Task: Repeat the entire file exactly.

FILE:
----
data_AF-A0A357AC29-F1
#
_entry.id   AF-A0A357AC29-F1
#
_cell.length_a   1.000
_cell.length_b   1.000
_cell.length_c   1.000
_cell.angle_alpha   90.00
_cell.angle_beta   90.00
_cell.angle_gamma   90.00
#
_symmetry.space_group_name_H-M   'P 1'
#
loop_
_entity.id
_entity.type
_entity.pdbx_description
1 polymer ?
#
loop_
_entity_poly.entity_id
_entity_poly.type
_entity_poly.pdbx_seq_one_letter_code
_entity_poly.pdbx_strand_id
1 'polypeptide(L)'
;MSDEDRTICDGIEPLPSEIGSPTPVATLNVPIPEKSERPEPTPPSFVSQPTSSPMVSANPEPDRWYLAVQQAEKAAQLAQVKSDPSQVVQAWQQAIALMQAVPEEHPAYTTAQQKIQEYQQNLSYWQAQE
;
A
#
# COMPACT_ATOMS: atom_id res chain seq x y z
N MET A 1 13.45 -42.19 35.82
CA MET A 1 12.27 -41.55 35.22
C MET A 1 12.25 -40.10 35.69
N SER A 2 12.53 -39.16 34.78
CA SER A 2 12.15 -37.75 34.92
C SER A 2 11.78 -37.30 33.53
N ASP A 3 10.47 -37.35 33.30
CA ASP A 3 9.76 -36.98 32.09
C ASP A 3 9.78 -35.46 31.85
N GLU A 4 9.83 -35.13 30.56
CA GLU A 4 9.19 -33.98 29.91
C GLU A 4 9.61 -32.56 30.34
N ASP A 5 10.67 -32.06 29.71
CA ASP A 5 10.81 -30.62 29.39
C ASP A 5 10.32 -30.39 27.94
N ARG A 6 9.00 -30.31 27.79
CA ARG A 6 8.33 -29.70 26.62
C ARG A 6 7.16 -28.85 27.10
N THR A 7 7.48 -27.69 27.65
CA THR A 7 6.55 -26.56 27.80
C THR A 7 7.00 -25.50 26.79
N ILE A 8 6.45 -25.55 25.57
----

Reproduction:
data_AF-A0A357AC29-F1
#
_entry.id   AF-A0A357AC29-F1
#
_cell.length_a   1.000
_cell.length_b   1.000
_cell.length_c   1.000
_cell.angle_alpha   90.00
_cell.angle_beta   90.00
_cell.angle_gamma   90.00
#
_symmetry.space_group_name_H-M   'P 1'
#
loop_
_entity.id
_entity.type
_entity.pdbx_description
1 polymer ?
#
loop_
_entity_poly.entity_id
_entity_poly.type
_entity_poly.pdbx_seq_one_letter_code
_entity_poly.pdbx_strand_id
1 'polypeptide(L)'
;MSDEDRTICDGIEPLPSEIGSPTPVATLNVPIPEKSERPEPTPPSFVSQPTSSPMVSANPEPDRWYLAVQQAEKAAQLAQVKSDPSQVVQAWQQAIALMQAVPEEHPAYTTAQQKIQEYQQNLSYWQAQE
;
A
#
# COMPACT_ATOMS: atom_id res chain seq x y z
N MET A 1 13.45 -42.19 35.82
CA MET A 1 12.27 -41.55 35.22
C MET A 1 12.25 -40.10 35.69
N SER A 2 12.53 -39.16 34.78
CA SER A 2 12.15 -37.75 34.92
C SER A 2 11.78 -37.30 33.53
N ASP A 3 10.47 -37.35 33.30
CA ASP A 3 9.76 -36.98 32.09
C ASP A 3 9.78 -35.46 31.85
N GLU A 4 9.83 -35.13 30.56
CA GLU A 4 9.19 -33.98 29.91
C GLU A 4 9.61 -32.56 30.34
N ASP A 5 10.67 -32.06 29.71
CA ASP A 5 10.81 -30.62 29.39
C ASP A 5 10.32 -30.39 27.94
N ARG A 6 9.00 -30.31 27.79
CA ARG A 6 8.33 -29.70 26.62
C ARG A 6 7.16 -28.85 27.10
N THR A 7 7.48 -27.69 27.65
CA THR A 7 6.55 -26.56 27.80
C THR A 7 7.00 -25.50 26.79
N ILE A 8 6.45 -25.55 25.57